Richard Brody in The New Yorker:
The best cinematic performances don’t share some standard of craft or technique; what they have in common is a feeling of invention and discovery, of emotional depth and power, and a sense of self-consciousness regarding the idea and the art of performance itself. They also reflect broader transformations in the art of cinema during their times. Such actors as Joan Crawford, Barbara Stanwyck, and Jimmy Stewart were already stars in the high studio era of the nineteen-thirties, but their work became more freely expressive, more galvanic, in the postwar years, when the studios lost their tight grip on production—and when a new generation of directors made their mark in that freer environment. The French New Wave, developing new techniques with a new generation of actors (and crew), lifted layers of varnish from the art of acting to fill the screen with performances of jolting immediacy, spontaneity, and vulnerability.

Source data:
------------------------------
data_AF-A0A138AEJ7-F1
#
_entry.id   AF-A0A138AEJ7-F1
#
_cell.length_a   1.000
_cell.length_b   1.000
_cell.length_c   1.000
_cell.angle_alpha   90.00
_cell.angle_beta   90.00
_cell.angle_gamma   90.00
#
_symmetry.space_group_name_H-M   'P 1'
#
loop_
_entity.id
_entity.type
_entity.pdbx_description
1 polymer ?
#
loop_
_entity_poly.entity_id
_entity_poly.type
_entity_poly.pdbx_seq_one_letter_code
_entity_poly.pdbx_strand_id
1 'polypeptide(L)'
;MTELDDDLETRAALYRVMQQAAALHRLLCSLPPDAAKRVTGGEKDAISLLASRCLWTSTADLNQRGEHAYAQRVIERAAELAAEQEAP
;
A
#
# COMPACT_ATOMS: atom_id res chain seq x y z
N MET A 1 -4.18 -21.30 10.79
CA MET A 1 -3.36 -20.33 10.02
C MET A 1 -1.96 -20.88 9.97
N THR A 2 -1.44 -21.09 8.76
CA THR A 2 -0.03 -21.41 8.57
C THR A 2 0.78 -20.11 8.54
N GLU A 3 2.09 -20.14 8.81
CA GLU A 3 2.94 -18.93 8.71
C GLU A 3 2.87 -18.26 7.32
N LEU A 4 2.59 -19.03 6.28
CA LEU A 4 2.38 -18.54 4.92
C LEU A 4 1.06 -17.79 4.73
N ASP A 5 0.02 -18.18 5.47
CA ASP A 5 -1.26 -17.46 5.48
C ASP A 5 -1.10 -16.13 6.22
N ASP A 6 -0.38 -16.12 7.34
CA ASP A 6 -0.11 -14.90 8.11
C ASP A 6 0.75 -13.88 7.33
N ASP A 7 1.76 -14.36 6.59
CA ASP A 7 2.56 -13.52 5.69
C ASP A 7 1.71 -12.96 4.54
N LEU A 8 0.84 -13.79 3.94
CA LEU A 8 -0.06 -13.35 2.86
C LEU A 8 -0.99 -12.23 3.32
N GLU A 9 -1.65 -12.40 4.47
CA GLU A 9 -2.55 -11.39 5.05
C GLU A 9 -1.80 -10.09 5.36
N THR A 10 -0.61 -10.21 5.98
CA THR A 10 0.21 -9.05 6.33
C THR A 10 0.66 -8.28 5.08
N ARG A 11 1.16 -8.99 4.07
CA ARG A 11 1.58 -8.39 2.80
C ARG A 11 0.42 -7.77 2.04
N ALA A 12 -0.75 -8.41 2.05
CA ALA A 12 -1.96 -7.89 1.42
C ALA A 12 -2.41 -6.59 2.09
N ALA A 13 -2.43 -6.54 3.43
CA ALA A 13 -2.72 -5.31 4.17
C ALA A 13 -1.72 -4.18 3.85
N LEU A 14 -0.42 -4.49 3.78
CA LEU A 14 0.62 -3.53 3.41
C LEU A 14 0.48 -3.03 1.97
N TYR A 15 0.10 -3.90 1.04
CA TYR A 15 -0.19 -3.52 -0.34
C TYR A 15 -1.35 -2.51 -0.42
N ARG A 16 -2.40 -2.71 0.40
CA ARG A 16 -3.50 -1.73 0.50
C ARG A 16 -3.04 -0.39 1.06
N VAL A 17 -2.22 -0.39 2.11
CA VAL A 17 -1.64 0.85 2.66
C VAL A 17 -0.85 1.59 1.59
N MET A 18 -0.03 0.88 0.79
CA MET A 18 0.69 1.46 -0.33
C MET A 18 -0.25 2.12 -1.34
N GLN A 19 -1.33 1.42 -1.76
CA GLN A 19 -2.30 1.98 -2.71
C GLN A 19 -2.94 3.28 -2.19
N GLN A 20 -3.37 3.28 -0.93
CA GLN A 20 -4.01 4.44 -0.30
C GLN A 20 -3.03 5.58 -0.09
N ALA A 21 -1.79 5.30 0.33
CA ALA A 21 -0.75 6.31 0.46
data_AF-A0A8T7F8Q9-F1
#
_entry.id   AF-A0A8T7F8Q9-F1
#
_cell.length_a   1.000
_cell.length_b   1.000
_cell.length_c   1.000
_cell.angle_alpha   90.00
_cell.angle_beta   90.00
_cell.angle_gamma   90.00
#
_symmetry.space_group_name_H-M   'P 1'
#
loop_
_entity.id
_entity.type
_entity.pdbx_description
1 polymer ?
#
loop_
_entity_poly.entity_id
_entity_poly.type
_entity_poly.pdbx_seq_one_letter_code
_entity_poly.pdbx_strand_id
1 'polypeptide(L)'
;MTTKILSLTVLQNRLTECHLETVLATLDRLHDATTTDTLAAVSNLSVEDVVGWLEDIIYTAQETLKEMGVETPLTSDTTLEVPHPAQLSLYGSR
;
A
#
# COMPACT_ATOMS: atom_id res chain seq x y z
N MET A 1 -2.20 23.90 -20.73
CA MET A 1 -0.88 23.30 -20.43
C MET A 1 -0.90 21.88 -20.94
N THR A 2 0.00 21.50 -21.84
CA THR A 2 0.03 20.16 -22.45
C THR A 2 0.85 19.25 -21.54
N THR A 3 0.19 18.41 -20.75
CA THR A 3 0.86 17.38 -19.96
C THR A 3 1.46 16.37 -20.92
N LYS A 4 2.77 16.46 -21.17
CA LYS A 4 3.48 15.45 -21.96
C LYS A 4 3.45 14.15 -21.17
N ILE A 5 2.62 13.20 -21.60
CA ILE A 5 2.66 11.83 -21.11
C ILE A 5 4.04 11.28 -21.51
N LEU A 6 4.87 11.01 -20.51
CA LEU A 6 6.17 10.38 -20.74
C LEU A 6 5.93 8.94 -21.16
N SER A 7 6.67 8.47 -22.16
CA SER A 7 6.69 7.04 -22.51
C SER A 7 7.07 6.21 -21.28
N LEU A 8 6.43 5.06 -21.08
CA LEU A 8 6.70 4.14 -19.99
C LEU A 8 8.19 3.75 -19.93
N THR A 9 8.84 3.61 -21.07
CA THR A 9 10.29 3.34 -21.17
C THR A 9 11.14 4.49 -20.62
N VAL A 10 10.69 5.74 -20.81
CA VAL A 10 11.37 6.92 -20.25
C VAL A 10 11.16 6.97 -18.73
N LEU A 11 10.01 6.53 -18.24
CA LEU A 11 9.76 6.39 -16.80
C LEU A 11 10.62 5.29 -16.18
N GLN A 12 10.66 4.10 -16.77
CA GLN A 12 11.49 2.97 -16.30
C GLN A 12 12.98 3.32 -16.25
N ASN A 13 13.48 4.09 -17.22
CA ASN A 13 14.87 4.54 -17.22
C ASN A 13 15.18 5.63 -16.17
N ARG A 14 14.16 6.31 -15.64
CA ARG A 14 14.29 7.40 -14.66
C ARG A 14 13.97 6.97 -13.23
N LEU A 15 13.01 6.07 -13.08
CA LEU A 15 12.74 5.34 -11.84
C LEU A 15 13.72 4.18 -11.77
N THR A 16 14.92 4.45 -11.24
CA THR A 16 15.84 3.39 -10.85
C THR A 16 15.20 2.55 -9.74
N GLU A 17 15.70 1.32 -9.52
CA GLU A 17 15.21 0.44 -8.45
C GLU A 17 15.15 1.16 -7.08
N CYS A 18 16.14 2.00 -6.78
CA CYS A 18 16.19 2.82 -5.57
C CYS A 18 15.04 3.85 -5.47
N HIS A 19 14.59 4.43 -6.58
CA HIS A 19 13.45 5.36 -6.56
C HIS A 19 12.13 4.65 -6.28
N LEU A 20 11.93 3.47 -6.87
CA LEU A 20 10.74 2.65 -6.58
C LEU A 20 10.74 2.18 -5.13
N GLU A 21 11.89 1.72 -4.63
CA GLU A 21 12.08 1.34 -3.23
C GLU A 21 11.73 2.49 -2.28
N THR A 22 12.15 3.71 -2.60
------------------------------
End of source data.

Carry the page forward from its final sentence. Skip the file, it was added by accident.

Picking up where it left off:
The film performances of the beginning of the twenty-first century are a product of the drastic transformations that have taken place in moviemaking in recent decades, as a new generation of directors, both in Hollywood and outside of it, has managed to invent modes of moviemaking capable of adapting to unprecedented crises in the industry. The competition from television (“prestige” or otherwise), the top-heavy expansion of blockbuster franchises, and the rise of streaming platforms have led to a decline in studio movie production. As a result, independent producers have grown significantly in prominence and power, and their financing has had a liberating effect on directors, and, by extension, on actors: working largely with modest budgets (yet occasionally with larger ones than studios would provide), filmmakers have been able to take greater risks and make more unusual films—and to develop new methods of performance with actors whose artistry closely fits their own.